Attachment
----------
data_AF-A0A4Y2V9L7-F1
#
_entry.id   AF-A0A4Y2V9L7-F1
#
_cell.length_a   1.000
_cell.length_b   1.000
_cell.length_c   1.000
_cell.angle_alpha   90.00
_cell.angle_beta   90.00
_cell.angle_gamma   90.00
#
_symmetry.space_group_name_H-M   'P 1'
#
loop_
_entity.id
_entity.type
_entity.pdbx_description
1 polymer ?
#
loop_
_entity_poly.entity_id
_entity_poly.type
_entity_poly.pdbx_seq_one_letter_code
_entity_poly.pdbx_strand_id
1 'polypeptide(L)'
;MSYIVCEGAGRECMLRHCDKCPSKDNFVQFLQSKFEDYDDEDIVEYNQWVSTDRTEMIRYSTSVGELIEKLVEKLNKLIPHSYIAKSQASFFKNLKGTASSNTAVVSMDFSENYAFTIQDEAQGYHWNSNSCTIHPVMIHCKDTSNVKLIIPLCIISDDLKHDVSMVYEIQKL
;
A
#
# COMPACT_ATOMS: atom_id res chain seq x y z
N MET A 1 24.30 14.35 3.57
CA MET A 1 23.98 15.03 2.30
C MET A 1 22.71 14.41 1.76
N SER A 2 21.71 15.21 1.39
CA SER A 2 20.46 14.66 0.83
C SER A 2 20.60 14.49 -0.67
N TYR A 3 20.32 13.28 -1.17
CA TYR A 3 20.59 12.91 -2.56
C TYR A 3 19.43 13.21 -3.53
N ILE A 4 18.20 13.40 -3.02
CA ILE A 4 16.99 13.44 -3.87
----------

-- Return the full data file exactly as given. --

data_AF-A0A4Y2V9L7-F1
#
_entry.id   AF-A0A4Y2V9L7-F1
#
_cell.length_a   1.000
_cell.length_b   1.000
_cell.length_c   1.000
_cell.angle_alpha   90.00
_cell.angle_beta   90.00
_cell.angle_gamma   90.00
#
_symmetry.space_group_name_H-M   'P 1'
#
loop_
_entity.id
_entity.type
_entity.pdbx_description
1 polymer ?
#
loop_
_entity_poly.entity_id
_entity_poly.type
_entity_poly.pdbx_seq_one_letter_code
_entity_poly.pdbx_strand_id
1 'polypeptide(L)'
;MSYIVCEGAGRECMLRHCDKCPSKDNFVQFLQSKFEDYDDEDIVEYNQWVSTDRTEMIRYSTSVGELIEKLVEKLNKLIPHSYIAKSQASFFKNLKGTASSNTAVVSMDFSENYAFTIQDEAQGYHWNSNSCTIHPVMIHCKDTSNVKLIIPLCIISDDLKHDVSMVYEIQKL
;
A
#
# COMPACT_ATOMS: atom_id res chain seq x y z
N MET A 1 24.30 14.35 3.57
CA MET A 1 23.98 15.03 2.30
C MET A 1 22.71 14.41 1.76
N SER A 2 21.71 15.21 1.39
CA SER A 2 20.46 14.66 0.83
C SER A 2 20.60 14.49 -0.67
N TYR A 3 20.32 13.28 -1.17
CA TYR A 3 20.59 12.91 -2.56
C TYR A 3 19.43 13.21 -3.53
N ILE A 4 18.20 13.40 -3.02
CA ILE A 4 16.99 13.44 -3.87